While charges of harassment are virtually ubiquitous in headlines, invariably the people responsible claim to be shocked by allegations. Are they lying?
Very often the honest answer is "no."
Many of us are conditioned to overlook the subtle patterns of harassment present in common daily interactions. Those who do notice are framed as "fussy" or "difficult to work with." Often harassment begins with subtle behaviors, intrusions on personal space, and progressive grooming of targeted individuals. In other cases, bad behavior has been treated as "normal" by families or communities of origin.
It is vital that we consider that massive spectrum of variation in terms of human behavior, childhood social conditioning, and cultural norms within religious, ethnic, and geographic subsets. All of these variations converge within the workplace, creating a hot bed of opportunity for damaged morale, violations of respect, and loss of professionalism.
This discrepancy commonly plays out in perception of personal space. Let's start with an example of "soft" violation. Everyone has met a "close-talker"- and you may even be one. For the Close-Talker, a poor sense of proximity and spatial awareness has been instilled by habits in early social conditioning. Social intelligence may be loosely developed such that they are not adept at perceiving the discomfort of the people whose personal space they encroach upon. Nonetheless, people on the receiving end are uncomfortable and annoyed, and may find themselves feeling anxious or avoidant when said offender is around.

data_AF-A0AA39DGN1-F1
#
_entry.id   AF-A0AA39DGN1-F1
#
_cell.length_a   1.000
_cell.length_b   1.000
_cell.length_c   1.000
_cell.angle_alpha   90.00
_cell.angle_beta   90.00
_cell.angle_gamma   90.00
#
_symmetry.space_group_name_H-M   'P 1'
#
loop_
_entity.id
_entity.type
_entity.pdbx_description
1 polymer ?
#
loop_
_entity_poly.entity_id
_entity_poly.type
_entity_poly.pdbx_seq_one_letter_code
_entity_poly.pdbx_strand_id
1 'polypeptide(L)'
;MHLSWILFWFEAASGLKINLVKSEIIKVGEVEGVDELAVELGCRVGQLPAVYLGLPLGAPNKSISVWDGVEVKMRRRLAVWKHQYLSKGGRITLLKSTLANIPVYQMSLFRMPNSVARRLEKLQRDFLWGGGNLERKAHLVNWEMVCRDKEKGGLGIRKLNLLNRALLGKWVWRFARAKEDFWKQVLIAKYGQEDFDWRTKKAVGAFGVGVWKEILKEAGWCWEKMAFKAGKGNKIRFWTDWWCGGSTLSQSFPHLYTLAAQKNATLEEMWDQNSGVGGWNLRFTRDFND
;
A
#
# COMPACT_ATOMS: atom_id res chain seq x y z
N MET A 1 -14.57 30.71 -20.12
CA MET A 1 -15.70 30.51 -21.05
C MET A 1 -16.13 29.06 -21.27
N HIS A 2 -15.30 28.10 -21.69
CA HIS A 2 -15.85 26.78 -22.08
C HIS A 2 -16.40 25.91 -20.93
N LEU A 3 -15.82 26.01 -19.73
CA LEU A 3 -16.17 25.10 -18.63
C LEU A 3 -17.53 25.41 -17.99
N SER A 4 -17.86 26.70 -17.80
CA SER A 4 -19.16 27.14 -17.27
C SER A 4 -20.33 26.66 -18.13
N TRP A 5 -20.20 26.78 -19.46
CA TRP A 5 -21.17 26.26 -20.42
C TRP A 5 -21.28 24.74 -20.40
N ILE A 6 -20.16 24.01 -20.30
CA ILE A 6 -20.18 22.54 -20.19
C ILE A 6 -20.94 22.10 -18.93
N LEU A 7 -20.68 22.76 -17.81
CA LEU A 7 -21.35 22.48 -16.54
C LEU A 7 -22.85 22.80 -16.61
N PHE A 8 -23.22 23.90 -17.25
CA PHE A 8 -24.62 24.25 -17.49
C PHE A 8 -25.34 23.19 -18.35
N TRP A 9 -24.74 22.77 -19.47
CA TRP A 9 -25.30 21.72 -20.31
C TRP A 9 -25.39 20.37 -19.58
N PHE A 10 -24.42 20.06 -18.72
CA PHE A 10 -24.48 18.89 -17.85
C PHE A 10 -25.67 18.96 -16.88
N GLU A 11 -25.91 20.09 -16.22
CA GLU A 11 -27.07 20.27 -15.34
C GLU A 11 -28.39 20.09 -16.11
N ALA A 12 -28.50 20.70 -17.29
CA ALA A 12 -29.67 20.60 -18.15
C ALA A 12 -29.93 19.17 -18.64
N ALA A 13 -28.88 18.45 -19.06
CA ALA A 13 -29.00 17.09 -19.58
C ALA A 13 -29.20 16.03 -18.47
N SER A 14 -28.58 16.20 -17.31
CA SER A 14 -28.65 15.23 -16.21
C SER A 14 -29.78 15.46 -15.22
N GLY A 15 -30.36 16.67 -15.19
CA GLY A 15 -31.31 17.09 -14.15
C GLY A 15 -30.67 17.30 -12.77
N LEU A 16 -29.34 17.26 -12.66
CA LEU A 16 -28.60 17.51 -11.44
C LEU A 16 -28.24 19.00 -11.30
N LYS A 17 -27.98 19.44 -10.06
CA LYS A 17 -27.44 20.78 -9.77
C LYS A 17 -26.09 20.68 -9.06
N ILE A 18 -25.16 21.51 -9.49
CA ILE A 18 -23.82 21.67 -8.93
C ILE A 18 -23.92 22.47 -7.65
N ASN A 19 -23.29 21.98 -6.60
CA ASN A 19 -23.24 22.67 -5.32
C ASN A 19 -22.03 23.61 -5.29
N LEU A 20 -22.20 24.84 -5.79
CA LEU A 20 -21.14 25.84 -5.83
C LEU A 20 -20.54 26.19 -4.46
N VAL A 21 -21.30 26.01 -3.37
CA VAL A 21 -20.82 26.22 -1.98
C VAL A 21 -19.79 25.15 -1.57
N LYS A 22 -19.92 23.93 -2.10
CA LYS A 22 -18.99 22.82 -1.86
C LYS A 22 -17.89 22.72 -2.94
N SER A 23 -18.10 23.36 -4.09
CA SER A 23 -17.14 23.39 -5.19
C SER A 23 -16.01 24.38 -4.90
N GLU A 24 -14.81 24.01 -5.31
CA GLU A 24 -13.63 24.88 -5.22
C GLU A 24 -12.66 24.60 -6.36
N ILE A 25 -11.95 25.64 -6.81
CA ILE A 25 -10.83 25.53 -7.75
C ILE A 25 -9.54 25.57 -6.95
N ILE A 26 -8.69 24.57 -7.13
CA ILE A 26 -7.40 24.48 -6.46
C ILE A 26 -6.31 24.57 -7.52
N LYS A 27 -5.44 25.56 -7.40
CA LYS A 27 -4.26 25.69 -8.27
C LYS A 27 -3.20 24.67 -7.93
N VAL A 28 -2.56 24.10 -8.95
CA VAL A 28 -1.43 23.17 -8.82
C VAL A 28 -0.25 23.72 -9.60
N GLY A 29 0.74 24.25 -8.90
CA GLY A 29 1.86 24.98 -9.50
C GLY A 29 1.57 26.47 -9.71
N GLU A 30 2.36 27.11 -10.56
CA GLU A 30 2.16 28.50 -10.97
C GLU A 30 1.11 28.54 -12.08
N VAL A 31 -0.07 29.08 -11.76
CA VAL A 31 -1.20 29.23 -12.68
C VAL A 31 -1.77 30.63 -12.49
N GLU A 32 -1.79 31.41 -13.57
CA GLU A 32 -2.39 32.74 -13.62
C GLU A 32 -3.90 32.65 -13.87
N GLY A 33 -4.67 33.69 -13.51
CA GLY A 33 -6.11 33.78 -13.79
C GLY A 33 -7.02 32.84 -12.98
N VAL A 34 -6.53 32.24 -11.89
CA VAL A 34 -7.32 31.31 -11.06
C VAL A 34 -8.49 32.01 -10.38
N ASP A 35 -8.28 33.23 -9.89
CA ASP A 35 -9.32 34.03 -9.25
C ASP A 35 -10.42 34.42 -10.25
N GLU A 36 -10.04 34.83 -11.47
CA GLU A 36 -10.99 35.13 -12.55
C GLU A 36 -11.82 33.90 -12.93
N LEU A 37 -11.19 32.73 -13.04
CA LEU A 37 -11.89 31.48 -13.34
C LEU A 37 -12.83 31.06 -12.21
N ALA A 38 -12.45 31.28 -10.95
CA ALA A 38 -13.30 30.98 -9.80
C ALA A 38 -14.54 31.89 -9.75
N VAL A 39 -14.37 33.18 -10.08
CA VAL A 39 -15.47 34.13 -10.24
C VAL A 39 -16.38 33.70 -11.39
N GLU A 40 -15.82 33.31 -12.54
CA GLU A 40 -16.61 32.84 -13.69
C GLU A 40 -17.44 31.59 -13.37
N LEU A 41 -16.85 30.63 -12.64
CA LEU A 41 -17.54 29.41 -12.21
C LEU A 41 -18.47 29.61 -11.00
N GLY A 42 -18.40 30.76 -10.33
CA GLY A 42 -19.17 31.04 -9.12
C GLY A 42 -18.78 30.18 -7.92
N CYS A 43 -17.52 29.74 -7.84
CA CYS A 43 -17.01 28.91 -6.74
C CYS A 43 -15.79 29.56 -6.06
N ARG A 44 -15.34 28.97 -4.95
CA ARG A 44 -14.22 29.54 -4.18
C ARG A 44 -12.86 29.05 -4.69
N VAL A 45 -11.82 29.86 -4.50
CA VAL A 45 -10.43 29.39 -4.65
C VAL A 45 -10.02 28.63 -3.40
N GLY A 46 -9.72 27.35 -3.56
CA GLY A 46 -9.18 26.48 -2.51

Close-talking is certainly not criminal, even though it is certainly intrusive. The idea is useful here in that we can see clearly that the offender is unaware and uneducated about his or her impact on others, and that the only productive intervention is for the receiver to assert their boundaries. It took awhile for me to feel ok about saying, "Hi. It's great to talk, but could you please step back a bit? It's a comfort and personal space thing. Thanks" But with practice, it has become easy, and has saved many working relationships from awkwardness.
From this fairly harmless space, we can extend the concept to people who have a bad habit of touching shoulders, insisting on hugs, or similar. If an individual was raised in a family or community where high physical contact is the norm, their expressions of affection may legitimately feel invasive, and like harassment to others from more reserved cultures of origin.
All staff and leadership should be encouraged not to make physical contact with other staff that wouldn't appear professional at a job interview or a conservative on-camera public event. These two scenarios provide excellent situational context for the lines between professionalism and a level of familiar contact that requires explicit consent.